Members of the Sackler family are gearing up to fight Tufts University in Massachusetts over its decision to remove the Sackler name from numerous buildings on its campus earlier this month, the New York Times reports. University leadership cited the family’s links to America’s opioid crisis through their company Purdue Pharma, the manufacturer of OxyContin, in a statement shared on Tufts’s website as one of the reasons behind the move.

Robert Cordy, a lawyer representing some of the Sacklers descended from brothers Raymond and Mortimer Sackler, the former co-owners of Purdue, sent a letter to the president of the institution, which declared that the act was a “breach of the many commitments made by the university dating back to 1980 in order to secure the family’s support, including millions of dollars in donations for facilities and critical medical research.” The document also hinted that legal action might be taken against the university.

In response, Tufts representative Michael Rodman, issued the following statement: “We considered a number of factors in making the decision to remove the Sackler name and ultimately decided that the association with Tufts University was untenable and in opposition with the values and mission of the medical school and the university. Since the announcement we have received incredible support from faculty, students, alumni, and the public. We at Tufts stand by our decision, we know that it is the right thing to do, and we are prepared to vigorously defend our position.”

Over the last two years, activists including photographer Nan Goldin and her group P.A.I.N. (Prescription Addiction Intervention Now) have campaigned against museums and academic institutions that have benefitted from the Sacklers’ philanthropy in an attempt to hold the drugmakers accountable for their aggressive marketing of OxyContin. One by one, institutions began to distance themselves from the family.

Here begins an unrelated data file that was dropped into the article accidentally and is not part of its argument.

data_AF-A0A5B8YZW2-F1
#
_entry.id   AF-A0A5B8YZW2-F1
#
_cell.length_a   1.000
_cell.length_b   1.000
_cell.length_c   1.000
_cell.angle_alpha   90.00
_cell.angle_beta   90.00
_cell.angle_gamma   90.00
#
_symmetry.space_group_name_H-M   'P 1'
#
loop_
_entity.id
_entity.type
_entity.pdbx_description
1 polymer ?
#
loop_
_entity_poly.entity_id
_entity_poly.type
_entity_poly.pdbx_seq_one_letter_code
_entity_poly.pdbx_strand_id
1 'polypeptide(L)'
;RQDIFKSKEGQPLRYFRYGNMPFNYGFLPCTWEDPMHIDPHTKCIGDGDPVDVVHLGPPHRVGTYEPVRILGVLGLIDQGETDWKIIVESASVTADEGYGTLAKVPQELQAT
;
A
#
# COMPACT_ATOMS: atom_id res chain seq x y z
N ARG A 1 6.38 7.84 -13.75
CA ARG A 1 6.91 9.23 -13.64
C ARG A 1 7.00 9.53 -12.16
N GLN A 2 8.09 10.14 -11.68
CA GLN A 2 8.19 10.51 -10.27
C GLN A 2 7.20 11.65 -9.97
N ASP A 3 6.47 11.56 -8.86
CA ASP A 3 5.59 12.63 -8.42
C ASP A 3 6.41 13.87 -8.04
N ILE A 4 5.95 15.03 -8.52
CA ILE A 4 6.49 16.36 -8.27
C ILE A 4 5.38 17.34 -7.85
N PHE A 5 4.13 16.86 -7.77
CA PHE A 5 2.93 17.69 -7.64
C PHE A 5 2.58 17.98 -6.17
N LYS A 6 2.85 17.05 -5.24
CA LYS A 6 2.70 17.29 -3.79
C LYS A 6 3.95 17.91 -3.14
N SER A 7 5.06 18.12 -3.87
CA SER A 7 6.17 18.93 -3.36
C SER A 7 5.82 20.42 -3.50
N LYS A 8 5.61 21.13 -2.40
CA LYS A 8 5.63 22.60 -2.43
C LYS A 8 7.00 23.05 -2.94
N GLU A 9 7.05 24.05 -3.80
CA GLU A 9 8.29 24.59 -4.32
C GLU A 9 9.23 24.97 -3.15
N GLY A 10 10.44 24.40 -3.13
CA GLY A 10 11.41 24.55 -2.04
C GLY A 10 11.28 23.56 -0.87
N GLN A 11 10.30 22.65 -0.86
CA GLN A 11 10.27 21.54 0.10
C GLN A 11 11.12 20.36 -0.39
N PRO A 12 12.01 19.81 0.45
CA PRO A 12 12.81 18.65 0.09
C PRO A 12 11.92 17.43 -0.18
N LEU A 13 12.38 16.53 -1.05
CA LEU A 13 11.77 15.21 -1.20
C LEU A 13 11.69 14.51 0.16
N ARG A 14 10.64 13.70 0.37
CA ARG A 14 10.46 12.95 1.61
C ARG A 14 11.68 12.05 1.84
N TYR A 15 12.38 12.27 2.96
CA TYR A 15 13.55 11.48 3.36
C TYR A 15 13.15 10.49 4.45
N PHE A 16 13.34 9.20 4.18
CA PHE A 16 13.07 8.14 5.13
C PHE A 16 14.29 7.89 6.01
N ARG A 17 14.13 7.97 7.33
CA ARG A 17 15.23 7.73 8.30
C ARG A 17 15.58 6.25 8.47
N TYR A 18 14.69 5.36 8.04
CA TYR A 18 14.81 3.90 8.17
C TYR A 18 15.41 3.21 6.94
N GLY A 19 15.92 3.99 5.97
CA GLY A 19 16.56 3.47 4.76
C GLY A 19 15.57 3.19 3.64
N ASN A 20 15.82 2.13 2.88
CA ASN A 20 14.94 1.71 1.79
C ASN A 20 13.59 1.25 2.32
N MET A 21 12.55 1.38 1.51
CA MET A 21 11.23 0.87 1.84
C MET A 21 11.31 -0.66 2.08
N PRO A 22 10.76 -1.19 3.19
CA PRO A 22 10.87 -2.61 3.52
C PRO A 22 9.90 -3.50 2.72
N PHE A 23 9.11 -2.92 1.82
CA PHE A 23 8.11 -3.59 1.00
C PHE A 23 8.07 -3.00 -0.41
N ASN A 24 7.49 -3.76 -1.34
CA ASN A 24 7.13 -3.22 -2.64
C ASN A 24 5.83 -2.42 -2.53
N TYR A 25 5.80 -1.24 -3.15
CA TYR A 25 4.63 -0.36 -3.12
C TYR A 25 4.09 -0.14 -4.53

Among those that have announced they are no longer accepting funding from the Sacklers are the Solomon R. Guggenheim Museum and the Metropolitan Museum of Art in New York. They have hesitated, however, to rid their buildings of the Sackler name. While the Louvre removed all mentions of the Sacklers from its walls in July, the institution claimed that it only had a twenty-year naming agreement with the family.

As evidenced by the letter presented to Tufts, taking down donors’ names is a tricky business. Michael Ward Stout, a lawyer who has previously advised museums, told the New York Times that institutions currently sporting the Sackler name must carefully review their contracts. The case involving Tufts is further complicated by the Massachusetts attorney general’s assertion that the Sacklers and Purdue Pharma used their relationship with the university to extend their influence over local medical professionals.

The Sacklers are currently embroiled in a massive legal battle in which they are trying to settle thousands of lawsuits in the United States. While the family offered to pay up to $3 billion of their own personal money in a deal which also involves the restructuring of Purdue, a New York Times report published on Monday states that members of the family have transferred over $10 billion out of Purdue over the course of a decade, which will likely spark questions over whether the Sacklers should contribute more. 

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